The government’s economic strategy, centred on austerity and cuts to public services, has deepened the economic crisis and hit the living standards of many people, especially those in the Black community.
Black workers are usually the first to lose their job in a recession. Unsurprisingly, the UK’s latest recession has been no fairer.
UNISON research into the impact of cuts on Black council workers showed just how public sector cuts hit Black people hard.
Job cuts, pay freezes, and attacks on pensions and on public services have piled on the pressure, contributing to a situation where unemployment among Black people is running at 14.7%.
Black people’s average wages are lower than those for the workforce in general, and the Black community suffers from some of the highest levels of poverty and deprivation.
Research shows that around two-fifths of Black people live in a low-income household – twice the rate for white people.
Surveys also show that Black people often struggle with unequal access to education, health care, social services, housing and other key services.
In one council, Black women accounted for 23% of redundancies but were only 5% of the workforce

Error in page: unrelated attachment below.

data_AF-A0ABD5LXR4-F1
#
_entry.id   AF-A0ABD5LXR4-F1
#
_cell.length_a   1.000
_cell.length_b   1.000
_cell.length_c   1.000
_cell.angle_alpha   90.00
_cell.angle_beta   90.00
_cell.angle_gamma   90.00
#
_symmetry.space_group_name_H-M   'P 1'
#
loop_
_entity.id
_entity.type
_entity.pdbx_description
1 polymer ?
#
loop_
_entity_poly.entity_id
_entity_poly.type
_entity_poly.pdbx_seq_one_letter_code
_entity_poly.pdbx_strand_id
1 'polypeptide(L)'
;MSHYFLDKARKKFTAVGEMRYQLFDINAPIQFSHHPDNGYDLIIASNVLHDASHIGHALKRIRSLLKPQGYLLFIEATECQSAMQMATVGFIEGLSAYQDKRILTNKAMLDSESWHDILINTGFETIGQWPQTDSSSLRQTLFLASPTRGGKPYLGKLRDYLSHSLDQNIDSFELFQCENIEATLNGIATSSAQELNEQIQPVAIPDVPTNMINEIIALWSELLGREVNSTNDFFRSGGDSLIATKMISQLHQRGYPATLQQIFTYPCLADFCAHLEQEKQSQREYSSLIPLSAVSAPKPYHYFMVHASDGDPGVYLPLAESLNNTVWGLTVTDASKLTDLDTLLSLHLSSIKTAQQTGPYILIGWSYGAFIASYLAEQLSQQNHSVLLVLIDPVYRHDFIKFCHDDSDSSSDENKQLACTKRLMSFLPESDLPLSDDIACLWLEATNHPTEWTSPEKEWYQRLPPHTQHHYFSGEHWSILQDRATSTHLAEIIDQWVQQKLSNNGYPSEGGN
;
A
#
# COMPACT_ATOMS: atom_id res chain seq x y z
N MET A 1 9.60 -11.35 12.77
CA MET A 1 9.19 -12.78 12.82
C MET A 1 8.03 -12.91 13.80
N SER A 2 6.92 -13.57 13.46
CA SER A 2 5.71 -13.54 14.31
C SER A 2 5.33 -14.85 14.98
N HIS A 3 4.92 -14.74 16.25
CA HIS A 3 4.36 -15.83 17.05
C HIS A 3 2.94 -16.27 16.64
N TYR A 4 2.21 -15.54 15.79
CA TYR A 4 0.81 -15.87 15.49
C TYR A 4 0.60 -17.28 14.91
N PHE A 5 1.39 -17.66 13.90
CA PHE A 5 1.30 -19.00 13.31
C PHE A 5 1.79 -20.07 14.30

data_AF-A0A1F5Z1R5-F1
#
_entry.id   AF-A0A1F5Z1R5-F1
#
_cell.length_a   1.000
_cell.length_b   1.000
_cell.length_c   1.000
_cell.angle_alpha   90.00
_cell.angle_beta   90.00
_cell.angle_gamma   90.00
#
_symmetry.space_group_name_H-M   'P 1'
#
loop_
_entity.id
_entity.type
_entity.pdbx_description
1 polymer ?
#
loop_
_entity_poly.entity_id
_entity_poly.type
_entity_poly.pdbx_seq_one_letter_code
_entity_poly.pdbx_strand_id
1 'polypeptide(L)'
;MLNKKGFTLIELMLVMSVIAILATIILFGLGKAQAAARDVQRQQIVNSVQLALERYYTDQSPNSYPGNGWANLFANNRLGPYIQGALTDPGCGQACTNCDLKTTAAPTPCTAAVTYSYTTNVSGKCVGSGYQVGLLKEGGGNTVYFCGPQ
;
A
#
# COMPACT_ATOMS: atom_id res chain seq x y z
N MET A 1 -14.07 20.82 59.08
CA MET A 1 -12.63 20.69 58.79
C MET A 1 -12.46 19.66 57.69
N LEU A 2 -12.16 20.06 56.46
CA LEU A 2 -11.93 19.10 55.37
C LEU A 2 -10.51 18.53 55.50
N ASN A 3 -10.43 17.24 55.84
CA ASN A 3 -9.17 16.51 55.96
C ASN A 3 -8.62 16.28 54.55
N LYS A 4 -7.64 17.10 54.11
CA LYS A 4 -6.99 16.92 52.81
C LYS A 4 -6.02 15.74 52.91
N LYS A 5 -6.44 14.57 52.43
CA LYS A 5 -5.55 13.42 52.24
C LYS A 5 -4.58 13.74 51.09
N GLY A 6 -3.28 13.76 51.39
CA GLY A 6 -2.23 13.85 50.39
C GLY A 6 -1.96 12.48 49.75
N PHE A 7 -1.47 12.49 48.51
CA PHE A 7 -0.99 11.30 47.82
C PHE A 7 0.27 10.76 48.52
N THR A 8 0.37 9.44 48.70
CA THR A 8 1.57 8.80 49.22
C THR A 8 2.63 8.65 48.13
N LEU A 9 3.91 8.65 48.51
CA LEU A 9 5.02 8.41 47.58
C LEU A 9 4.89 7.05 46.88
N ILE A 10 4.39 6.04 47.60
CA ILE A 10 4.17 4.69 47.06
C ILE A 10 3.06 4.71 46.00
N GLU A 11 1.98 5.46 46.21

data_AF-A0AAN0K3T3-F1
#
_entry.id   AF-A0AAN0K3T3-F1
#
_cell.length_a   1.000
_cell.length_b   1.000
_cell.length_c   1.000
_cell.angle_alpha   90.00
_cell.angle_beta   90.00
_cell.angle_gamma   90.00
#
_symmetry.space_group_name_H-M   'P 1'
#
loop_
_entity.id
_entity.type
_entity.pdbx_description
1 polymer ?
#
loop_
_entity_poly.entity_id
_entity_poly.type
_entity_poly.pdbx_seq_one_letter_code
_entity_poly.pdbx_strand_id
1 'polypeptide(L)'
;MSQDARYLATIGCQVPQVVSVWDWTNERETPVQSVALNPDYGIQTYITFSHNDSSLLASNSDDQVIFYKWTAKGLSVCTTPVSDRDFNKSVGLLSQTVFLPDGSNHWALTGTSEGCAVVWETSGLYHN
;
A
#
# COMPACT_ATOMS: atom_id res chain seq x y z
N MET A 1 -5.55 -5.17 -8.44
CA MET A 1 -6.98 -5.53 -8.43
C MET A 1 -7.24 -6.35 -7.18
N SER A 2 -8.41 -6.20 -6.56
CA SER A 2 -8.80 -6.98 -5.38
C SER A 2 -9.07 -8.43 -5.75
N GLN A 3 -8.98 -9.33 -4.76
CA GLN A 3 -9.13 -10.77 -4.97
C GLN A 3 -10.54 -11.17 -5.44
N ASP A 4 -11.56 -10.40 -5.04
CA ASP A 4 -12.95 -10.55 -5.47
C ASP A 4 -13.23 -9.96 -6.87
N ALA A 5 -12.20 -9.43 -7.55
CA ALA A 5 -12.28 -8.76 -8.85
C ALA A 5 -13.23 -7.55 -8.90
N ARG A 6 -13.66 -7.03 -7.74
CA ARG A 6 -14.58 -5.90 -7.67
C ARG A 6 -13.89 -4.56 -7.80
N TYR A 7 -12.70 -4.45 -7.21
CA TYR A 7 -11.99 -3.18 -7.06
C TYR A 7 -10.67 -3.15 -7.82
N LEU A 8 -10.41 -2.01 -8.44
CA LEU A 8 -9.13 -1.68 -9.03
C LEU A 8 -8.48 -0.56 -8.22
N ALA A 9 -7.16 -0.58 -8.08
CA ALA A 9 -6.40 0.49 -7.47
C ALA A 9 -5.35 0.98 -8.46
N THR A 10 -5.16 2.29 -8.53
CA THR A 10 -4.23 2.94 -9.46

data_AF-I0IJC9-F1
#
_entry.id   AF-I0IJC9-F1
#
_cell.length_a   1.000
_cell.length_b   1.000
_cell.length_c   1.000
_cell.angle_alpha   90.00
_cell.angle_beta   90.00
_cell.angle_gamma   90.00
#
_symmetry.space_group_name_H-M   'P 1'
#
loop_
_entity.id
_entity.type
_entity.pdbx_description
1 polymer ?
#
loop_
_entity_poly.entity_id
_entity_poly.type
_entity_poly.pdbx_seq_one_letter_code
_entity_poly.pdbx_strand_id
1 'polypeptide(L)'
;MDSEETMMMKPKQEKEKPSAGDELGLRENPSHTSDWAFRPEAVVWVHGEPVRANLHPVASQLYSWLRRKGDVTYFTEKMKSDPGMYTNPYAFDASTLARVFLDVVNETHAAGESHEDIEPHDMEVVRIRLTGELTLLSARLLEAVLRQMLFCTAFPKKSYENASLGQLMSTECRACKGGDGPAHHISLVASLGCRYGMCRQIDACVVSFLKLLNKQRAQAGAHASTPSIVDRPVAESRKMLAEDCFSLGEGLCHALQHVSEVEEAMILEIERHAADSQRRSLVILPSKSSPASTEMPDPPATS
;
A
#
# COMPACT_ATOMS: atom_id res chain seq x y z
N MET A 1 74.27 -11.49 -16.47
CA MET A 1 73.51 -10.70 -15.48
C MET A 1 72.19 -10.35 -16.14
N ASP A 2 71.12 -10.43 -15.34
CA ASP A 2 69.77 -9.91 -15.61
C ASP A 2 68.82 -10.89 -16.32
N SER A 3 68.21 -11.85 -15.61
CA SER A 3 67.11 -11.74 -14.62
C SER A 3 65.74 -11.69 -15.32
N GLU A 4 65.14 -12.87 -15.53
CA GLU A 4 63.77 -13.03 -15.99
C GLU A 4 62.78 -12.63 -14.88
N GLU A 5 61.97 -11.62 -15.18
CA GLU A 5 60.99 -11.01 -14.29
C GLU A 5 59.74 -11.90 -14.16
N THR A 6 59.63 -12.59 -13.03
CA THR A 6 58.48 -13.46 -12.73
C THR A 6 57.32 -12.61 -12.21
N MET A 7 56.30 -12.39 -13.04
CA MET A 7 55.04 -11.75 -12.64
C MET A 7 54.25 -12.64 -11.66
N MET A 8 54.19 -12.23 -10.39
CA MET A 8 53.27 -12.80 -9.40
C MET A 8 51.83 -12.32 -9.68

Public services are a key employer for Black people in the UK, which means the cuts and job losses have had a disproportionate impact on Black workers.
UNISON conducted research to find out the real impact of public service cuts on Black workers in London councils.
While the figures might not surprise many, our findings are still shocking: In 17 of the capital’s 32 councils, Black workers unfairly bore the brunt of the cuts.
In one council, Black workers made up just 31% of the workforce but 63% of redundancies.
These figures also have another story to tell – how local cuts have particularly affected Black women.
Black women were disproportionately affected by job cuts in 12 London local authorities. In one council they accounted for 23% of redundancies but were only 5% of the workforce.
In another council, Black women made up a quarter of the workforce but almost half – 49% – of redundancies.
It was also clear that in most London councils – 21 if 32 – Black workers in higher pay bands were losing their jobs in the highest numbers.
These redundancies undo decades of work by anti-racist activists to improve the representation, career progression and promotion of Black workers.
UNISON believes this research highlights the situation across the UK and reflects the experience of Black workers in local government.
The research was carried out as part of UNISON’s work on ‘Challenging Racism in the Workplace’, which for the last few years has directly focused on defending public services and fighting for our members’ jobs and conditions of service.
Using evidence of inequality and its disproportionate impact on Black members to negotiate, bargain, organise and campaign on race equality is at the heart of challenging racism in the workplace.